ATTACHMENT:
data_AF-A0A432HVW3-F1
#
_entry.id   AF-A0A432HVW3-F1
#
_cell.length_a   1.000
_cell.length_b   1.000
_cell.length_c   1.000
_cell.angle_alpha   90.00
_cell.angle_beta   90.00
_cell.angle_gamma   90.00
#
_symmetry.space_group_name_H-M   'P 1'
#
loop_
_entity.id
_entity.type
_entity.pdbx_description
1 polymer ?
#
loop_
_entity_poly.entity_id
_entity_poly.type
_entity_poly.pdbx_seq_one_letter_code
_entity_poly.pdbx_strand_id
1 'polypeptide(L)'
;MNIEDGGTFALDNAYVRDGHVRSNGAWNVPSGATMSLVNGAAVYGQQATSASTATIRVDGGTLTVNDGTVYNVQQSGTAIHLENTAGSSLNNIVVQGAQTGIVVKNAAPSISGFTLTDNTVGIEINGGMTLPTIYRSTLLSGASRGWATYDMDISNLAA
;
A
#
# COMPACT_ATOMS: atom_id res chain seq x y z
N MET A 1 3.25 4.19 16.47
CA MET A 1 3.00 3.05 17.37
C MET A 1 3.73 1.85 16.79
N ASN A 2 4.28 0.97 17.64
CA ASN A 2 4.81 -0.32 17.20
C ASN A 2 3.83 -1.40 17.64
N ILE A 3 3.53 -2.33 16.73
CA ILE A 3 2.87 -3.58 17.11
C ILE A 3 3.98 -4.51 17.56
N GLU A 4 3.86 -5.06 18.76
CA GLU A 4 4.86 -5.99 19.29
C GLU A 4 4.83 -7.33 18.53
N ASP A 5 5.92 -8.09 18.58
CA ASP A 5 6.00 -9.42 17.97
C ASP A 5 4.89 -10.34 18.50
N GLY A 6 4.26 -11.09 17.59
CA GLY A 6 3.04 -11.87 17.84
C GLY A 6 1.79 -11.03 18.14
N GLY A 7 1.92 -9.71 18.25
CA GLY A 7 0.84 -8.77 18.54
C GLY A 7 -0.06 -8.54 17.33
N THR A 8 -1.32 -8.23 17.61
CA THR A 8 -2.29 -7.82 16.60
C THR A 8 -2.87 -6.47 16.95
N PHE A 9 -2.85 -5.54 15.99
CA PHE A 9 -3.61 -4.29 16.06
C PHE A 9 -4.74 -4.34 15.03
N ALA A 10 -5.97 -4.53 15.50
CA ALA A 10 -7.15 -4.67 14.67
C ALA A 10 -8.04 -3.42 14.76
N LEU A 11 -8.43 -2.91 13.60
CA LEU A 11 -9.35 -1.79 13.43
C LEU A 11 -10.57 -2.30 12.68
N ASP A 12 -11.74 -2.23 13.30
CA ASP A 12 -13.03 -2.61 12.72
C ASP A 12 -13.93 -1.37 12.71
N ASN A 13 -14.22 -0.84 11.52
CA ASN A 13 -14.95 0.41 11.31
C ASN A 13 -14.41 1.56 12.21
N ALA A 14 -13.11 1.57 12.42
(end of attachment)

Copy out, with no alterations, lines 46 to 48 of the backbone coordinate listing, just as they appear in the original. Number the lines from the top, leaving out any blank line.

N GLY A 6 4.26 -11.09 17.59
CA GLY A 6 3.04 -11.87 17.84
C GLY A 6 1.79 -11.03 18.14